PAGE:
Japanese Journal of Health and Human Ecology
Online ISSN : 1882-868X
Print ISSN : 0368-9395
ISSN-L : 0368-9395
Volume 76 , Issue 4
Showing 1-4 articles out of 4 articles from the selected issue
Editorial
Original Articles
  • Mie IZUMUNE, Hiroko MATSUSHITA, Michiko KUROSAWA, Yutaka INABA, Kazuhi ...
    2010 Volume 76 Issue 4 Pages 155-163
    Published: 2010
    Released: October 13, 2010
    JOURNALS FREE ACCESS
    The purpose of the study was to clarify the effects of care environment on health status of caregivers engaged in at-home medical care for their family member. Twenty-eight female caregivers were surveyed three times, i. e. one week, one month, and two months after discharge of the family member, using a questionnaire containing the Japanese version of General Health Questionnaire 12 (GHQ12) and Zarit Caregiver Burden Interview (J-ZBI). Concentrations of salivary cortisol were also measured in 28 caregivers. At one week and one month after discharge, concentrations of salivary cortisol and GHQ12 and J-ZBI scores in 28 subjects were higher as compared with previous reports in the literature. Levels of salivary cortisol significantly decreased during the period from one month to two months after discharge (p<0.05), whereas GHQ12 and J-ZBI scores did not change significantly, suggesting that their stress were physiologically decreased although psychologically they were still in high stress status. Decrease in salivary cortisol was observed greatly in the caregivers with social support and/or at lower burden of care giving. Also, scores of GHQ-12 and J-ZBI remained higher in subjects without social support or at higher burden of care giving during the study period ; GHQ-12 reflected psychological aspects of care giving stress, whereas J-ZBI were related to physical factors of care environment.
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  • Yangja YANG, Yasuo HARUYAMA, Kumiko ICHIMURA
    2010 Volume 76 Issue 4 Pages 164-173
    Published: 2010
    Released: October 13, 2010
    JOURNALS FREE ACCESS
    The purpose of this study was to evaluate the correlation between female's employment, lifestyle, and self-rated health depending on the diversification of employment status.
    We analyzed the responses of 798 female workers to a questionnaire survey conducted in the major educational institutions in Japan. The respondent completed self-administered questionnaires comprised of lifestyle items, employee satisfaction, self-rated health, subjective symptoms, sickness and treatment.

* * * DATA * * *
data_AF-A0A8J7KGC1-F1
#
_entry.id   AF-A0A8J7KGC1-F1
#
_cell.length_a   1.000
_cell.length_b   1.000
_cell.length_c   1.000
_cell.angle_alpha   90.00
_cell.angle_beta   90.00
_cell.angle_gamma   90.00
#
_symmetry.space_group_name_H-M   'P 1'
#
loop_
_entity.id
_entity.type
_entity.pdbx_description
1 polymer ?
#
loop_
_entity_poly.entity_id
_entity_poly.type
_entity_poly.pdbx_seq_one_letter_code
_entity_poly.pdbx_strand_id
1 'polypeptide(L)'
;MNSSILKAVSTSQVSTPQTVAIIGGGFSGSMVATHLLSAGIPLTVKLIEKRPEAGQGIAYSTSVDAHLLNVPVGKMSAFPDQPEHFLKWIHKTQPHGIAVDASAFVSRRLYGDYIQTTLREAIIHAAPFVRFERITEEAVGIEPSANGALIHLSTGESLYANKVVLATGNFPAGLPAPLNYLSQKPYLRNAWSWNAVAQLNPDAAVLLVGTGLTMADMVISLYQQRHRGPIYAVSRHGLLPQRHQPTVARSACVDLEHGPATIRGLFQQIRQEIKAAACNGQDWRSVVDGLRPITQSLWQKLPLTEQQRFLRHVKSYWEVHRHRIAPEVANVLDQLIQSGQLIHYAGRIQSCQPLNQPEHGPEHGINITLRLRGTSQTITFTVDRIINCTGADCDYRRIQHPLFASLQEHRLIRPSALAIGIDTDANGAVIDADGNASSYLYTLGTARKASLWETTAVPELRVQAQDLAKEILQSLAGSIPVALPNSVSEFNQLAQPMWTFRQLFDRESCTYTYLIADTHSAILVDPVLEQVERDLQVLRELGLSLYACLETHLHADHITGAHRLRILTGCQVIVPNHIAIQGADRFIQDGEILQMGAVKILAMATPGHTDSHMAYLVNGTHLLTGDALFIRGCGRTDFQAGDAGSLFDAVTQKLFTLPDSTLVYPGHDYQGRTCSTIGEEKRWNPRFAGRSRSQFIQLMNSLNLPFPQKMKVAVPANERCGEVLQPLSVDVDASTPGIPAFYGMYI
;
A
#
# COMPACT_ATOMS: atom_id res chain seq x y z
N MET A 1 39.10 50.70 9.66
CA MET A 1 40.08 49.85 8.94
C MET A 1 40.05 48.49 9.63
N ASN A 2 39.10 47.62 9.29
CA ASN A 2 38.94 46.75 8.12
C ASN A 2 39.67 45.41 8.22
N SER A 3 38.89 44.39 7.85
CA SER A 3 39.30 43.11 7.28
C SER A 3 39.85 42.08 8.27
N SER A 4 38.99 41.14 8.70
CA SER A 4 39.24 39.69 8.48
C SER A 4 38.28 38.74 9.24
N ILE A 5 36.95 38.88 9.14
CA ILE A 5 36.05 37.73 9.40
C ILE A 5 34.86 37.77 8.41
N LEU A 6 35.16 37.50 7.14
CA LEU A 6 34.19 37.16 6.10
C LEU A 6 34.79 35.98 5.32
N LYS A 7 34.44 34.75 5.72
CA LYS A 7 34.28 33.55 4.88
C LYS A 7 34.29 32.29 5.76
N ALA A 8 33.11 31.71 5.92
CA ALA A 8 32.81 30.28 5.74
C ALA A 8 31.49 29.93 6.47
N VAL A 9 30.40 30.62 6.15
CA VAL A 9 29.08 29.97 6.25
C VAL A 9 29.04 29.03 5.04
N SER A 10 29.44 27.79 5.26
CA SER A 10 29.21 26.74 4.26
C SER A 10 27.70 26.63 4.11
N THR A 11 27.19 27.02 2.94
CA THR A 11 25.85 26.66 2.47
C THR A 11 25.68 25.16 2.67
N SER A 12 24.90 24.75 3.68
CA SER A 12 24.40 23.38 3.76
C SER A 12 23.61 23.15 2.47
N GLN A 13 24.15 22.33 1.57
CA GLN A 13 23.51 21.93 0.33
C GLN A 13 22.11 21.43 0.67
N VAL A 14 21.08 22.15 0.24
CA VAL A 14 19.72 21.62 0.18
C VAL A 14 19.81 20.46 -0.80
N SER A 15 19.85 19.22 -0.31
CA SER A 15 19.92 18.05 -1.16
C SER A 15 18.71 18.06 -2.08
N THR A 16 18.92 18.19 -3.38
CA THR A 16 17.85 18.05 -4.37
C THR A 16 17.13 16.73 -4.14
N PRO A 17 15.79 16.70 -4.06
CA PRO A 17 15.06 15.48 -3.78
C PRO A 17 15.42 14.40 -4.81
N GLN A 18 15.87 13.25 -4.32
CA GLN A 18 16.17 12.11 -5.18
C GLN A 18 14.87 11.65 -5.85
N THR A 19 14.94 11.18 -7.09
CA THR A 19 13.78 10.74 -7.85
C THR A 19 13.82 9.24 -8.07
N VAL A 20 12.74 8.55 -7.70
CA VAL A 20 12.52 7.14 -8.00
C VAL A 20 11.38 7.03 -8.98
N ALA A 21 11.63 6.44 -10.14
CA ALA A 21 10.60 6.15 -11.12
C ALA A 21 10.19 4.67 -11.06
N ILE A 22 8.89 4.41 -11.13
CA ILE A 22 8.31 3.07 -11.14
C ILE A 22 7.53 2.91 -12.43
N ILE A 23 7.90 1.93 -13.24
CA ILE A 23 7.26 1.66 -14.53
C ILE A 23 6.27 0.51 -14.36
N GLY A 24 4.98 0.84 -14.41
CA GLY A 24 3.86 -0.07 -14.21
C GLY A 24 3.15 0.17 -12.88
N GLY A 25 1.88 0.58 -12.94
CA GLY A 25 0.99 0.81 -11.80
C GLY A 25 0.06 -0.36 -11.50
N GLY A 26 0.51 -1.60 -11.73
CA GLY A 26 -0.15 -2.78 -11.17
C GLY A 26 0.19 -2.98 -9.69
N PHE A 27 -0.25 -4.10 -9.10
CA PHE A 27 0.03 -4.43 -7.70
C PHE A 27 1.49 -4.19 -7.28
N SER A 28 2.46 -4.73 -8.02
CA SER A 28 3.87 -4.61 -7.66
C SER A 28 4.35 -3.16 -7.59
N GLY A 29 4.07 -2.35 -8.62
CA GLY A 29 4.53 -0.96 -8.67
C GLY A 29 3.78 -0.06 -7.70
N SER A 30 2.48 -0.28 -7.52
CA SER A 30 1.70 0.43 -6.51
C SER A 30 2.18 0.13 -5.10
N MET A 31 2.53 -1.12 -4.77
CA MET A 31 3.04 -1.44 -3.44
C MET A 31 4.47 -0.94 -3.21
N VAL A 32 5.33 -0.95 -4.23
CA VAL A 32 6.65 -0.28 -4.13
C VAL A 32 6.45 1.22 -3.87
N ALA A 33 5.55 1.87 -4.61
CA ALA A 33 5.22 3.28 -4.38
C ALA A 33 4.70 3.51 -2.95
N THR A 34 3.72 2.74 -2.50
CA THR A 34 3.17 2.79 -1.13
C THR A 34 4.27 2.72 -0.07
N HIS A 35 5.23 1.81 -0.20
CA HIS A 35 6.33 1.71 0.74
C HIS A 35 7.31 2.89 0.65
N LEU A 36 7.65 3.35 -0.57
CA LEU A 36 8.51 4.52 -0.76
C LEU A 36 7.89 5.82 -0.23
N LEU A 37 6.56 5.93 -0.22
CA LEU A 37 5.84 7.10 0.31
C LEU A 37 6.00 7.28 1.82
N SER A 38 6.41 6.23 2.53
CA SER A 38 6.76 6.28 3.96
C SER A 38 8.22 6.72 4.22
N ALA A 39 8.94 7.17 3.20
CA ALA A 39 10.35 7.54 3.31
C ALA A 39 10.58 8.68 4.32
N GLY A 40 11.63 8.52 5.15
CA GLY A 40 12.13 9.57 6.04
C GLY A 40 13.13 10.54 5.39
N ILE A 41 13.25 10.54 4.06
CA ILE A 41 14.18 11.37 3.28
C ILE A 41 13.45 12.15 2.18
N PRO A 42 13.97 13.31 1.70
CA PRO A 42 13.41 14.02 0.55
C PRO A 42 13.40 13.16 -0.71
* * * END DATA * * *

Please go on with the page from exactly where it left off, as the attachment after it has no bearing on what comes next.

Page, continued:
The percentages of full-time, part-time, and temporary workers were 60.3, 20.1 and 19.7%, respectively. Based on the χ2 test and residual analysis, part-time and temporary workers showed a significantly high health practice index (p<0.001) compared with the full-time workers. And temporary workers showed a significantly a more positive self-rating for health (p<0.01) compared with the full-time workers. With multiple logistic analysis adjusted for work-related factors, family and health conditions, the positive self-rating for health was associated with a high health practice index (Odds ratio (OR) : 2.80, 95% Confidence interval (95% CI) : 2.04-3.86) and temporary workers (OR : 1.58, 95%CI : 1.03-2.43).
    These findings suggest that the differences in the lifestyle and self-rated health are related to differences in the employment status among female workers. In order to promote self-rated health, it is important to improve the individual lifestyle influenced by the aspects of employment status.
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Material of Reference
  • Shigenori MAKINO
    2010 Volume 76 Issue 4 Pages 174-182
    Published: 2010
    Released: October 13, 2010
    JOURNALS FREE ACCESS
    This report discusses the use of examinations and rates of positive findings for blood lipids and blood sugar tests in periodical health examination in workplace. The rates of use of examinations for females were higher than those for males in the blood lipid examination of those aged 20-34 years and in the blood sugar examination of those aged 25-39 years. The rates in companies with 50 or more workers were higher than those with 50 less in examinations of blood lipid for those aged 20-29 years in males and 20-24 years in females, and in blood sugar examinations for males aged 20-24 years. Those rates in the transportation industries were the lowest among the 5 industries in workers under 39 years old for the blood lipid examination and blood sugar examination in both sexes. The rates of positive findings for blood lipid level and blood sugar level in males were higher than females, and were higher in companies with less than 50 workers compared with those with 50 or more. By type of industry, the rates of positive findings in the transportation industry were the greatest among the 5 industries tested. Blood examinations for workers less than 40-year-old were not always carried out in the group with high rates of positive findings. It was important that the examination were done selectively in the group with higher rates.
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